IMG_3603.jpg

    Drive it. Notice how much better it grips and laugh at yourself for not replacing the clutch sooner. Take ibuprofen because your entire body hurts and sleep for 10 hours when you go to bed. Keep telling yourself that you just saved $800 by doing it yourself, so in a way everything else you just bought for the truck was free!
     
    Last edited: Oct 15, 2016
  2. Oct 15, 2016 at 2:26 PM
    #2
    Shwaa

    Shwaa Well-Known Member

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    Would you like some eggs with your sausages?

    good job OP. Looks like a lot of work
     
    TodayWasTHeDaY likes this.
  3. Oct 16, 2016 at 5:55 AM
    #3
    topcathr

    topcathr Well-Known Member

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    Thanks for taking photos and sharing your project, you should be very happy you got the job done and saved a ton of cash, thanks again.
     
  4. Oct 17, 2016 at 7:17 AM
    #4
    tgear.shead

    tgear.shead Well-Known Member

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    Did a similar job on a 91 YJ a couple of weeks ago. Without a transmission jack -- just use a floor jack, ratchet strap, and a chain hoist instead.
    And no alignment tool, since I put back all the original parts (the pressure plate was filled up with mouse nest, but parts still good).

    Note OP: With a brand new clutch, it will grip significantly more than it "should", because the surfaces are all rough. Give it a few thousand miles to break in, and it will end up somewhere between what you had before the job and what you got right away.

    While I didn't end up bleeding from the job, I hear you on the PAIN level. A socket jumped off a bolt for me while putting it back together, smacked a fingernail against the jeep's frame hard enough to see stars.

    Alignment tool is for amateurs. You can wiggle the disk around into alignment while the pressure plate is 'less than finger tight', then crank it into position once its in place. But I do suppose that it would be a bit easier with the tool.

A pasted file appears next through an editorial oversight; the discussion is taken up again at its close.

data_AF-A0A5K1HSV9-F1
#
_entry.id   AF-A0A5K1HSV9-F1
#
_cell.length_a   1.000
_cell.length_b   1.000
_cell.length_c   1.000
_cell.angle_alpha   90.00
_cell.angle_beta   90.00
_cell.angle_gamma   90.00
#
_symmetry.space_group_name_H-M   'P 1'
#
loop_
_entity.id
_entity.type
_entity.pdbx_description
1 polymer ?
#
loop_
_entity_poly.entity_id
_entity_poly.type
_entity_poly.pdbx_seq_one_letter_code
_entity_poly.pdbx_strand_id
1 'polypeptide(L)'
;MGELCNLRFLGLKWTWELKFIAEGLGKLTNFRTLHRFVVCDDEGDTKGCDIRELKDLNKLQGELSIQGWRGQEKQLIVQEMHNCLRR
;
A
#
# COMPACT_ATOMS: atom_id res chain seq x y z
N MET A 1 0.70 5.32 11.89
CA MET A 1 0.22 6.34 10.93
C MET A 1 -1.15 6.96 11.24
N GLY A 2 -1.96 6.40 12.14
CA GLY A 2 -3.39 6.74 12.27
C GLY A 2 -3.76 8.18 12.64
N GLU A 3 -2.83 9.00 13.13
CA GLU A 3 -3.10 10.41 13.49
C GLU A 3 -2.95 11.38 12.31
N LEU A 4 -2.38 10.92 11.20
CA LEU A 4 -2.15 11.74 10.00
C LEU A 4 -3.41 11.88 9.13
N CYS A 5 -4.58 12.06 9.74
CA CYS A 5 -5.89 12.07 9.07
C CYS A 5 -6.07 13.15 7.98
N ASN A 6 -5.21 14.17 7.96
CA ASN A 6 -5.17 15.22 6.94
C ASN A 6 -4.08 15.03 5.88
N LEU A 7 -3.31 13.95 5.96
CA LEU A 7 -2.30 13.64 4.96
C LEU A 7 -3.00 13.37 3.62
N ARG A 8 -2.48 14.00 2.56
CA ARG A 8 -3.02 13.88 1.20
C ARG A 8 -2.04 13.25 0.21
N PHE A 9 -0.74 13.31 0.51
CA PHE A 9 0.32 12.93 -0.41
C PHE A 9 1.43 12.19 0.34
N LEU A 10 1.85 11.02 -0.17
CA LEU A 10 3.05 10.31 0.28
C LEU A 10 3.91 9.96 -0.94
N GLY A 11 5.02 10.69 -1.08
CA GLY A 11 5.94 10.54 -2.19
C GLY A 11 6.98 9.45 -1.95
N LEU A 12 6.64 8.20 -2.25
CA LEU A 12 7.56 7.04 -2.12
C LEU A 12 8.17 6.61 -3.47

5. May 24, 2018 at 12:42 AM
    #5
    ninja89

    ninja89 HUH?

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    Old post but, as far as connectors goes, where there any that was a PITA to get to or disconnect?
     
  6. May 24, 2018 at 1:12 AM
    #6
    EatSleepTacos

    EatSleepTacos Well-Known Member

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  7. Jan 15, 2021 at 2:35 PM
    #7
    RocketTaco808

    RocketTaco808 Active Member

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    08 4wd URD MKIII.1 6-Speed
    Poly bushings all around, URD Headers, URD Stage II clutch, TRD short throw, JBA Exhaust, heavyweight flywheel, Tow package, Bunny Trails, Fairy Dust, Triple Dynamat Insulated, Blood, sweat, grit and some good old fashion elbow grease.
    To the original poster, and others who have provided input on this topic, thank you for taking the time to do so, it has helped me understand what I’ve needed to do. This cross member thing was a magical step that ALL posters/resources that I’ve found were mentioning but not providing the actual how to (aside from a comment that said shuffle the transmission jack in place now the crossmember is gone.. great, but one does not simply shuffle something currently being used to support hundreds of pounds in an area with limited footing for jack bases).